None in the first flat. I looked long and hard too as it was another 1/4 mile walk up the tracks; in my heavy waders and boots that I had retied too tite after getting them wet enough to tie that was hurting my ankle and I really didnt feel like walking up there but as no fish were rising I forced myself and I did.


There are always fish in this flat and I figured I d spend all day there. I didn t see anything at first but experieince has taught me on grey, steely days fish are often hard to see especially in riffly water. I parked my butt and aching ankle on a rock overlooking the water, smoked my pipe and watched for about 15 minutes, and didn t see one damn thing !


Long walk back to the car, pant- pant, worst off I had to stop puffing. Driving back I tried another spot. Some more banks to climb down and up , more rairoad tracks to walk, and no rising fish, except far out in the river, even tho there were midges all over the water.


Back to the Craig bridge. Those stupid ducks had forgotten me by then and had returned only to repeat there earnest departure one more time. Nothing at California Island, the Casino Hole, or the Wolf Creek Bridge. By this time I was beginging to get discouraged. It was around three, I had only seen a few risning fish and they were where I couldnt reach them. All the good spots were coming up dry.


One last shot, I went up river towards the Braids . Some good spots off some islands up there. The first one had the first fisherman I saw that day, and wouldnt y know it, in my spot ! A Peckerwood from Cascade County nonetheless. The next set of islands up the road were empty and looking out the car window, I did see a few dimples in the water. I pulled over, thinking just to turn around and go home , but then thought, "Might as well give it a shot. "


Climbing down the bank I did see more rises. They looked like small fish but what the hell.... I went up river where it was shallower and crossed to the island. The little rises were more apparent now than they were from the car. It looked like fish and presumeably white fish were cruising the shallows picking off midges. I stealthily walked to the edge of the rim of ice which extended out into the river about 20 feet. I threw my first cast about 5 feet where I saw the last rise and let my midge drift slowly down. There was a small swirl under my dry fly . I lifted the rod and felt a solid take. The fish took some line and ran , I knew then it wasn t a whitefish by it s strong charge . A few minutes later I had a beautiful measured fat 19" rainbow. I was certainly pleased about that!. To celebrate I lit up a Reject Pot with some Navy Flake and began fishing in earnest.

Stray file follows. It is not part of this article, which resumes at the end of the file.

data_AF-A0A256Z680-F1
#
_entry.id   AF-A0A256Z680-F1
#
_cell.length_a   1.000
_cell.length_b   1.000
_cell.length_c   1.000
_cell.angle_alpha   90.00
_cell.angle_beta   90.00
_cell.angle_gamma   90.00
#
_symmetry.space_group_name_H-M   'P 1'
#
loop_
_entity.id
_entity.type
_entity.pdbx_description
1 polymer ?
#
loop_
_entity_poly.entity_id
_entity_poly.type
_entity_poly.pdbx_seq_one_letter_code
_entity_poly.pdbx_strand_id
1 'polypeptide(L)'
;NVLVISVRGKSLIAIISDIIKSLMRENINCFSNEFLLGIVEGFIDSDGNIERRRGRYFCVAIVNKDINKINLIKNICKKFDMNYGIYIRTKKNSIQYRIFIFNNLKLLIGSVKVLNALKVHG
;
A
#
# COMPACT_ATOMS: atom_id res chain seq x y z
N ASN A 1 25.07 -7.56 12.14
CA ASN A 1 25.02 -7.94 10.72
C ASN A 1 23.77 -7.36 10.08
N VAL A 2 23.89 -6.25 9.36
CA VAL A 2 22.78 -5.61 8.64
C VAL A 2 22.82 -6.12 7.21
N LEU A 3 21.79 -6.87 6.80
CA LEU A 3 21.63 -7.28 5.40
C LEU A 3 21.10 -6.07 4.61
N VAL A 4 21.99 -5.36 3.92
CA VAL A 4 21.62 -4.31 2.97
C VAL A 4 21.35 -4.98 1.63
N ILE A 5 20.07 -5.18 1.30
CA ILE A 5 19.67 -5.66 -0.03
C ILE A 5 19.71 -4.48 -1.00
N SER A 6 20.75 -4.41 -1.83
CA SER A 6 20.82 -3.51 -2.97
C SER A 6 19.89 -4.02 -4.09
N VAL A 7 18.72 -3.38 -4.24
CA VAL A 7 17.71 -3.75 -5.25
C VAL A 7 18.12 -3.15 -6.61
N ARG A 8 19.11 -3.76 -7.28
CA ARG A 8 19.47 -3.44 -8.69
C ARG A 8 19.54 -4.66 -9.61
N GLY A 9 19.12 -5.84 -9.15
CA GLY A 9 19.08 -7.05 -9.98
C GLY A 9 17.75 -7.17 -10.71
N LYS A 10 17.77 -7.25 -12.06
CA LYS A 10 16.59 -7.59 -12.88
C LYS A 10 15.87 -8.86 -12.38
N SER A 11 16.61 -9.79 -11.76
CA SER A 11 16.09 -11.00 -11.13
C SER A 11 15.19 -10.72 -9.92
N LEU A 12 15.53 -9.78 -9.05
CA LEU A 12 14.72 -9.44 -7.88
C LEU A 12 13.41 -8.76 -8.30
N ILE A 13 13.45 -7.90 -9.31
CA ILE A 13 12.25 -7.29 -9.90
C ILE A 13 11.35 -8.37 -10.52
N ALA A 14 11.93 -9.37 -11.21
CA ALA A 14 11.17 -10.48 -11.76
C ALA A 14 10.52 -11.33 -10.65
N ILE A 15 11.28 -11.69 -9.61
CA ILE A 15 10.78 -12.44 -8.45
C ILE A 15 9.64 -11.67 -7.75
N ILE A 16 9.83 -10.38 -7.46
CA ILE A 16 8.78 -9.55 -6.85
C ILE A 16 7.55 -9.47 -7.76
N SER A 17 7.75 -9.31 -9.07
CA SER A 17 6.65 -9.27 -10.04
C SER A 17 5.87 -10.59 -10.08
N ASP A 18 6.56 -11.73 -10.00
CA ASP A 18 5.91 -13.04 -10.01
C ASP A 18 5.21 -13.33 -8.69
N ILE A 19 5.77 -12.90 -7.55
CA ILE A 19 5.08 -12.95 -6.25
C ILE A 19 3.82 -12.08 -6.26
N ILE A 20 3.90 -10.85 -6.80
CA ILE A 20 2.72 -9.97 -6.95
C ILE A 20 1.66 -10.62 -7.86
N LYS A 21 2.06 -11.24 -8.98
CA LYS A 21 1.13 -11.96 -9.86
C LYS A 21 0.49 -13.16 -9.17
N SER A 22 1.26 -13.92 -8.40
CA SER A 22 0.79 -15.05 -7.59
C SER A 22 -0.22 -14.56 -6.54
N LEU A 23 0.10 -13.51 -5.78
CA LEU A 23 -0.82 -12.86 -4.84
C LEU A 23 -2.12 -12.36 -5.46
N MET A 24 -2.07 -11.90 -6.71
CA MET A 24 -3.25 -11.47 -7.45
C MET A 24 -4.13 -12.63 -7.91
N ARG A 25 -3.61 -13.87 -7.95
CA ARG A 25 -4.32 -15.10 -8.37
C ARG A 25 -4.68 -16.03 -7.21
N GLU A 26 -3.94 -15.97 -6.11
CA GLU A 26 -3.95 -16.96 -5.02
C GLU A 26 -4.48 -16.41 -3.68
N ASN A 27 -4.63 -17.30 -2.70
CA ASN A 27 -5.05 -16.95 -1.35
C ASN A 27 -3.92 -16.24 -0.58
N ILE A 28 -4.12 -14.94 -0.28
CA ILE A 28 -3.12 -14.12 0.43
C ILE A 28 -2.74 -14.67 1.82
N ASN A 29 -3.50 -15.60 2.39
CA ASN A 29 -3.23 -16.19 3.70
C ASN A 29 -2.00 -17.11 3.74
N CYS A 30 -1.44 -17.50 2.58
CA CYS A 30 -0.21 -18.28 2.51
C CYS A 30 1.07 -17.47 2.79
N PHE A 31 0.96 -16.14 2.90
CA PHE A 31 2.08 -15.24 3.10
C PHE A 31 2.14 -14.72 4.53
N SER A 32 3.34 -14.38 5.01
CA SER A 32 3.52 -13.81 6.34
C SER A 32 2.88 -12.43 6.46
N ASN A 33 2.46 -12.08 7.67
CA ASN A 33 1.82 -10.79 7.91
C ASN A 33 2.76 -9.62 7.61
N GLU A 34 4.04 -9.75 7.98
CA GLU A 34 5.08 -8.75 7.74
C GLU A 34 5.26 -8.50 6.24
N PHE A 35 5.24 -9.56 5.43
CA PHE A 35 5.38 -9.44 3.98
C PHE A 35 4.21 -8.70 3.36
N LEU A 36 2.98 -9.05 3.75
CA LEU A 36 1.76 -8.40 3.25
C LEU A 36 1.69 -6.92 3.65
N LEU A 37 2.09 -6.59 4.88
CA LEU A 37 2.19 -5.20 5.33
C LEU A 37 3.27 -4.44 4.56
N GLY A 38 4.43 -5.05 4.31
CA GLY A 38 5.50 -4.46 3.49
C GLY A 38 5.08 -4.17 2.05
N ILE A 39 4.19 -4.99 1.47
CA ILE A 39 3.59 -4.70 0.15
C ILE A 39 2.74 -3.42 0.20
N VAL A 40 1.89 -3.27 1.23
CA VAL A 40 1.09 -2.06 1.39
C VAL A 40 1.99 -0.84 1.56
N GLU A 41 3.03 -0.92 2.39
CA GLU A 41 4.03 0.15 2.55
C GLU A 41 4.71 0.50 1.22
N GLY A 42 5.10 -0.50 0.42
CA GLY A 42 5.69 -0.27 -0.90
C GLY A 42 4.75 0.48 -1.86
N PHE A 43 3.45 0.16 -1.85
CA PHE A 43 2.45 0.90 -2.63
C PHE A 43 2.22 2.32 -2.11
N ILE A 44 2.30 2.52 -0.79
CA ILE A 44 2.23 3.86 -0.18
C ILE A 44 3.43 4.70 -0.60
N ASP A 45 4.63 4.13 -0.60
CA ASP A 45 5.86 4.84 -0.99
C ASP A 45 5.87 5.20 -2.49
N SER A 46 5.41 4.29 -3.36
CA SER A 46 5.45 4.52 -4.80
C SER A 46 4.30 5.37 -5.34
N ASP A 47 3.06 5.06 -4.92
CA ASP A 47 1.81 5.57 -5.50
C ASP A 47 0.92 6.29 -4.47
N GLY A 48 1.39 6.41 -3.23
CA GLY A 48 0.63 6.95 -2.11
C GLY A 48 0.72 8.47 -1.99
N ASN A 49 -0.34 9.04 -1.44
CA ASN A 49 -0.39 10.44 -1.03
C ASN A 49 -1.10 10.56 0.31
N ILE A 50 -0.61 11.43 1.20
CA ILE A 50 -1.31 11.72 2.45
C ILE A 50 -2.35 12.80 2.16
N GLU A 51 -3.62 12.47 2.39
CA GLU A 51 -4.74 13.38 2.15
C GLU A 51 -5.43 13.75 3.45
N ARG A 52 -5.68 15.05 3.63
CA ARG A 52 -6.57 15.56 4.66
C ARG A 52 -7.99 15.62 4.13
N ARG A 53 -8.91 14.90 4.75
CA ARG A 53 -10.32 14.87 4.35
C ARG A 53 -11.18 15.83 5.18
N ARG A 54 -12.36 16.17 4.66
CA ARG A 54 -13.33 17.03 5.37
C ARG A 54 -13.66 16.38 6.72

Those " little rises" were getting more frequent now and further out into the river also. Tho for now I had pretty easy picking s without even moving, as the first fish had run towards shore and hadn t disturbed the other fish around me. I started picking them off one by one, an 18 " a 20 " , another 19, a break off, and early release, a smaller 16 which was the strongest of them all and even with the extremely cold water was energetic enough to race across the river and take me well into my backing and cause me some concern over being spooled. He really shook up the pod and while afterwards, I caught or hooked and lost another fish or two , that was the highlight of the day.


It was about 4 30 now, the rises were very intermittent. I noticed my legs were numb from hips and down and my pipe was out and the tobac was in the car. Definetly time to go home. A great first day of the years fishing.